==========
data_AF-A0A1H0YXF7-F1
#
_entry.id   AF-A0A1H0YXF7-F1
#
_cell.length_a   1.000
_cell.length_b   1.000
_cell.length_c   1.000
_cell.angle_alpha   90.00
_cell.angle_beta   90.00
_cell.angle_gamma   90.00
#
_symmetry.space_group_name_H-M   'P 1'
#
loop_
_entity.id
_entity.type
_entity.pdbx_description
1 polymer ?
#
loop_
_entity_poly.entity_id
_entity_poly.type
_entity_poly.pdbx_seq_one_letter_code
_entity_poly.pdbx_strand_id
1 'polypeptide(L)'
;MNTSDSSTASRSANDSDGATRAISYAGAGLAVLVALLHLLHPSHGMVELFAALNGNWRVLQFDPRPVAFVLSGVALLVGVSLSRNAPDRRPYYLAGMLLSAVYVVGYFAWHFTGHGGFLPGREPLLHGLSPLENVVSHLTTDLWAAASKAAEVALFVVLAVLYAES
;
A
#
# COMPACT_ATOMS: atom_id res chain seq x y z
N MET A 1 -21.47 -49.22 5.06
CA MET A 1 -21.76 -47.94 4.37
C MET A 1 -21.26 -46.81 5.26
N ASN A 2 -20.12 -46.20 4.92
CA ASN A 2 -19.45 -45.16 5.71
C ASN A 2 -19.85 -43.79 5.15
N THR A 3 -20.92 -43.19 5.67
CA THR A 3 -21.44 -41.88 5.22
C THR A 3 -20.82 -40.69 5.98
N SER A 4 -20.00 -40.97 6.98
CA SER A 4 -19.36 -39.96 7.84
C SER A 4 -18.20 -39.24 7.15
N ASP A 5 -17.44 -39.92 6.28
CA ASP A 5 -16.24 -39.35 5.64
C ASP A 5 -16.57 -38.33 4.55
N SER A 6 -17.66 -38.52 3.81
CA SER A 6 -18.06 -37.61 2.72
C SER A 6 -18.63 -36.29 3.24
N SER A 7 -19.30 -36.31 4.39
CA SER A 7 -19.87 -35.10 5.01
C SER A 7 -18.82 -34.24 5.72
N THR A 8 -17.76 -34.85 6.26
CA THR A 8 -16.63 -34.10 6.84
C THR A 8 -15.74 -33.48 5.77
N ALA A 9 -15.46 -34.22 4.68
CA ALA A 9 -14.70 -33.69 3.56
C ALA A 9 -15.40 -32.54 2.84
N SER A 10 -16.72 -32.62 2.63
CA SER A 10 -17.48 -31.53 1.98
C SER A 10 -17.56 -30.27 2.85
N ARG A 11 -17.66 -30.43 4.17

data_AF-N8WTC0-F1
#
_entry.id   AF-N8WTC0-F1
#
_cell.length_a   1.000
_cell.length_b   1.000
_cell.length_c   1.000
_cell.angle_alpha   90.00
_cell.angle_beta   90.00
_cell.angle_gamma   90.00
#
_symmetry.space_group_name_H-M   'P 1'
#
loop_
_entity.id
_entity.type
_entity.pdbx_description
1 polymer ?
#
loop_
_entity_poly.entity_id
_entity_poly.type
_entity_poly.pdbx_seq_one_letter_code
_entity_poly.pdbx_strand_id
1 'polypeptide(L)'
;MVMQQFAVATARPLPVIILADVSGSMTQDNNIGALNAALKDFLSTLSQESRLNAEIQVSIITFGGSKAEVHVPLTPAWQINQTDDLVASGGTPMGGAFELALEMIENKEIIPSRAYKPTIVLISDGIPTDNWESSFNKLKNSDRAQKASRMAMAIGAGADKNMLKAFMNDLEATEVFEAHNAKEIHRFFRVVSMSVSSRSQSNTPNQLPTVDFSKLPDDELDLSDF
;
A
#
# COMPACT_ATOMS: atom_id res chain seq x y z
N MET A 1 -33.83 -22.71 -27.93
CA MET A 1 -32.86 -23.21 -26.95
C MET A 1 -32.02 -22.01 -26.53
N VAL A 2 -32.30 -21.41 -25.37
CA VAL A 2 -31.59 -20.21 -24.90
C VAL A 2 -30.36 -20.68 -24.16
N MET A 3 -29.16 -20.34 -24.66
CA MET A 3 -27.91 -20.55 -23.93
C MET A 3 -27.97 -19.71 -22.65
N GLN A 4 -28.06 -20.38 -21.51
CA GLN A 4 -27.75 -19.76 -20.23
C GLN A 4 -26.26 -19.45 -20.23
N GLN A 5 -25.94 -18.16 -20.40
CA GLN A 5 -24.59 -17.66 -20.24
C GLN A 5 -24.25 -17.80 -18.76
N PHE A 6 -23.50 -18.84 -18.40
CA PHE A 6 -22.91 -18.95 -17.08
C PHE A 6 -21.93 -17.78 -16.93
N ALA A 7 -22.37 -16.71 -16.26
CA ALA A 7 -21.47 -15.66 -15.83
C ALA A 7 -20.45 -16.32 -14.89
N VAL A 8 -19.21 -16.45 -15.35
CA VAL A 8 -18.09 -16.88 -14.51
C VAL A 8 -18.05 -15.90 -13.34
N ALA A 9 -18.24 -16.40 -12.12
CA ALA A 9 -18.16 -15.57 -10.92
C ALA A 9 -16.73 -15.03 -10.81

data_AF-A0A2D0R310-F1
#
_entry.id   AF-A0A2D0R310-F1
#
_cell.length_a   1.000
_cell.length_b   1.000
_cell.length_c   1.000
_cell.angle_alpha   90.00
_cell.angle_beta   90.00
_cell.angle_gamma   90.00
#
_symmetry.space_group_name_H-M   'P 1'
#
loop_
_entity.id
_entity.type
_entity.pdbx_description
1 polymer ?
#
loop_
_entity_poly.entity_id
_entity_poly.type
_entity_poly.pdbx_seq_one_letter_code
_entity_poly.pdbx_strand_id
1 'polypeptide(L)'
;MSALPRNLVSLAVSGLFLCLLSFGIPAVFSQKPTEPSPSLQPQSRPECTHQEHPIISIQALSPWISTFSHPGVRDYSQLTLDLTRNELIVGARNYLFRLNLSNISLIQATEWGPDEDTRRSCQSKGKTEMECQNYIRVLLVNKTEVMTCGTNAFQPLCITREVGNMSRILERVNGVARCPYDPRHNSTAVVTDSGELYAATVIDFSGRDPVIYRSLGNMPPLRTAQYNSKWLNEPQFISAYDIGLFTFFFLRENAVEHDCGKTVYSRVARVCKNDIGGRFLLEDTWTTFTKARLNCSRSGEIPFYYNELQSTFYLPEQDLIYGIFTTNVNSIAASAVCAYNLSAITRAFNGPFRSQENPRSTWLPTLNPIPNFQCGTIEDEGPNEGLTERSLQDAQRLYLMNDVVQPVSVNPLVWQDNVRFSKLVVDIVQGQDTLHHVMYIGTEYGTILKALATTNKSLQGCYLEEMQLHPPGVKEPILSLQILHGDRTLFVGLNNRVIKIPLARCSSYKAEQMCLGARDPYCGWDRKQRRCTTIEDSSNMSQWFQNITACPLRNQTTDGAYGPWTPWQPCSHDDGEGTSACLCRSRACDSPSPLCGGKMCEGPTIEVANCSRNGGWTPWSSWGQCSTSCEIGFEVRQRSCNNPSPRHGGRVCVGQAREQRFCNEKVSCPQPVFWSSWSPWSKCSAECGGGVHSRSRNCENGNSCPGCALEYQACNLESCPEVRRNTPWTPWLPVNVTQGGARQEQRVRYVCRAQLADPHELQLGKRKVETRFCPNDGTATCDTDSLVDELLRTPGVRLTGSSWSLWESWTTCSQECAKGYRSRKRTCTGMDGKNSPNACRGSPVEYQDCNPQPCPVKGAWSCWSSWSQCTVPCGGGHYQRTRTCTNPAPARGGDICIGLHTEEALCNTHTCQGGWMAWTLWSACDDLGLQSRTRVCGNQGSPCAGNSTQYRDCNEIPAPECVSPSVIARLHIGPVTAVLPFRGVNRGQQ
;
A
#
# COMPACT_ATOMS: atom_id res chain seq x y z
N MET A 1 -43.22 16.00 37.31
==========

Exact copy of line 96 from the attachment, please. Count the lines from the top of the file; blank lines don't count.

CA VAL A 2 -31.59 -20.21 -24.90